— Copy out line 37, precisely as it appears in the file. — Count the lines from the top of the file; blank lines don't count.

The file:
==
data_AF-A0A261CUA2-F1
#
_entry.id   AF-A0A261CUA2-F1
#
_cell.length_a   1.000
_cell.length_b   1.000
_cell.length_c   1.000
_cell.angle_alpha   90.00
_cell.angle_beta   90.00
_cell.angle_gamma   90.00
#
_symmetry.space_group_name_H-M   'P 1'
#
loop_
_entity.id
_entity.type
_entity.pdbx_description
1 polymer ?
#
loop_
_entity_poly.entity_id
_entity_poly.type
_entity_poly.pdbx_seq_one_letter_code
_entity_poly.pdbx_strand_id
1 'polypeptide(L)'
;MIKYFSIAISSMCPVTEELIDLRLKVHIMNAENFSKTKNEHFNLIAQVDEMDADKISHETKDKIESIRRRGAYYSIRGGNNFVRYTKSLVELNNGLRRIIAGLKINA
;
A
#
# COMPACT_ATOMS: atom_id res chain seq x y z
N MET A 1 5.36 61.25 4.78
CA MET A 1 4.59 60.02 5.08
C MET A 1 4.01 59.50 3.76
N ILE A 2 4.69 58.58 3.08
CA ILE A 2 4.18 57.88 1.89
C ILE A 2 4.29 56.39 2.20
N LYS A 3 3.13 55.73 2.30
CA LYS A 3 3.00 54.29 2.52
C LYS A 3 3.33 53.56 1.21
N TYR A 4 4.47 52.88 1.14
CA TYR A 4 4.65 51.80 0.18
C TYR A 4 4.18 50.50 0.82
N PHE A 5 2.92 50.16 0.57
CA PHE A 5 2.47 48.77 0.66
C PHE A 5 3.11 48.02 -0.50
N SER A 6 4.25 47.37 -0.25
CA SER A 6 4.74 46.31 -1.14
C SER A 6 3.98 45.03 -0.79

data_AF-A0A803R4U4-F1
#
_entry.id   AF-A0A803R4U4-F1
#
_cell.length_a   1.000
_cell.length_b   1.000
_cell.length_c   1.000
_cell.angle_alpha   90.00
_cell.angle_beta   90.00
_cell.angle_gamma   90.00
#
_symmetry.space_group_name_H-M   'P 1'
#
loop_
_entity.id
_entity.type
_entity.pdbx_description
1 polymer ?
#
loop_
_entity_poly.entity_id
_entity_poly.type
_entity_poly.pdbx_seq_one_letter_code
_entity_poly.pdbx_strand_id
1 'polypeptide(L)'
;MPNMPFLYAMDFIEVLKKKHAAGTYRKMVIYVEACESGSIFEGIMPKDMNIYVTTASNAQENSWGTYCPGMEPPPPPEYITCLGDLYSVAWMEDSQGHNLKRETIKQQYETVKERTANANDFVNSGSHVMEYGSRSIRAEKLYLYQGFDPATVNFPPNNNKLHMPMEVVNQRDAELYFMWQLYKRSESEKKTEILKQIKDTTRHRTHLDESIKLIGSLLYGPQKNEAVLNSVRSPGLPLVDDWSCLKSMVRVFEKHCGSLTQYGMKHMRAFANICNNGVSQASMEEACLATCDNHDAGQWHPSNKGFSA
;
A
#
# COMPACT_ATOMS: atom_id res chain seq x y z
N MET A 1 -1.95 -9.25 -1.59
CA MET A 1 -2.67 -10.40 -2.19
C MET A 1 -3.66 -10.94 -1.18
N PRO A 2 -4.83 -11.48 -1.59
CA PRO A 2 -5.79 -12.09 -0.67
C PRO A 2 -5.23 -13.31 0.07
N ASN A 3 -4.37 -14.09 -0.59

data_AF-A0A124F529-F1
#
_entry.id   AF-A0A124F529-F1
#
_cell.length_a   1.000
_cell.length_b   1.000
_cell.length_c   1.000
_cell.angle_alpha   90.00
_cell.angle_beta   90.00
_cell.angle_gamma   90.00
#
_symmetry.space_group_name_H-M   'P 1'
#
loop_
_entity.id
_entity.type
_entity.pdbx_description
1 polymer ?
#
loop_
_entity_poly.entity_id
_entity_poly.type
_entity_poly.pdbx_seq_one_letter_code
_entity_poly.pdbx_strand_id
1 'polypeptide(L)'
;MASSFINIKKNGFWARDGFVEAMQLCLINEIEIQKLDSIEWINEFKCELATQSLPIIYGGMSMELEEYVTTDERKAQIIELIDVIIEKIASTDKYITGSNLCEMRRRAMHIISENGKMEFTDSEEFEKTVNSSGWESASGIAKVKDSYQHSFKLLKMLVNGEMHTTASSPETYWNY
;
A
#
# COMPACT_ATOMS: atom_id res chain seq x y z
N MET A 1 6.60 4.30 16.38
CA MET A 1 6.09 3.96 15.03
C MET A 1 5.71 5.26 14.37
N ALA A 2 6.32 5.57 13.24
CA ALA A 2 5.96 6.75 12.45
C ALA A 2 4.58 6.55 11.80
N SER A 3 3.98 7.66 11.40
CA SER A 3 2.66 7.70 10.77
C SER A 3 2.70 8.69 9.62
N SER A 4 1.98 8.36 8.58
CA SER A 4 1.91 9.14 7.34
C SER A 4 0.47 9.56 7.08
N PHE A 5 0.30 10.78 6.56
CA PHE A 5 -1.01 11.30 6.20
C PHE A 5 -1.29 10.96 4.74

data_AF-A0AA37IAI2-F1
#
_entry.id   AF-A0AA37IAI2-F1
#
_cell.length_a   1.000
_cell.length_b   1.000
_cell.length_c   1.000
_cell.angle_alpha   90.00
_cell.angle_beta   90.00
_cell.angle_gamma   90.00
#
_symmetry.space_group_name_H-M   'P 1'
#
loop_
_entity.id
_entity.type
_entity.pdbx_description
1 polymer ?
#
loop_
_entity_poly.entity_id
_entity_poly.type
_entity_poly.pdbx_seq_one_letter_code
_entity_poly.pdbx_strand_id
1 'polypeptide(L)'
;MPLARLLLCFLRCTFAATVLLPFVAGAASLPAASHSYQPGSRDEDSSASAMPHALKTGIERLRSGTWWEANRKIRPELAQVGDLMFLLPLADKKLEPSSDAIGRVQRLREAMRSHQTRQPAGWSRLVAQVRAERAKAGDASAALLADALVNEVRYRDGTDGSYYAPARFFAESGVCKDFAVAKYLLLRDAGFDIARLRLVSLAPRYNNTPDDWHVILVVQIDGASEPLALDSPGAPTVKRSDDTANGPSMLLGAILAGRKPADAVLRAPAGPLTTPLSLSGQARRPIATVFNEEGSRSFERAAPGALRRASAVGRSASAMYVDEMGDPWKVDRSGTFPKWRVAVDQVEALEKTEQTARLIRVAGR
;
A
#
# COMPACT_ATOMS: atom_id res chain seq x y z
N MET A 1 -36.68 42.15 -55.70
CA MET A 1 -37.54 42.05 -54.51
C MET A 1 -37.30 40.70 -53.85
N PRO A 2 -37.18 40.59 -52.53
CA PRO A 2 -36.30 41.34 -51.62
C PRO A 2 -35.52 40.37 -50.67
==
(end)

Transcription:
N LYS A 3 3.13 55.73 2.30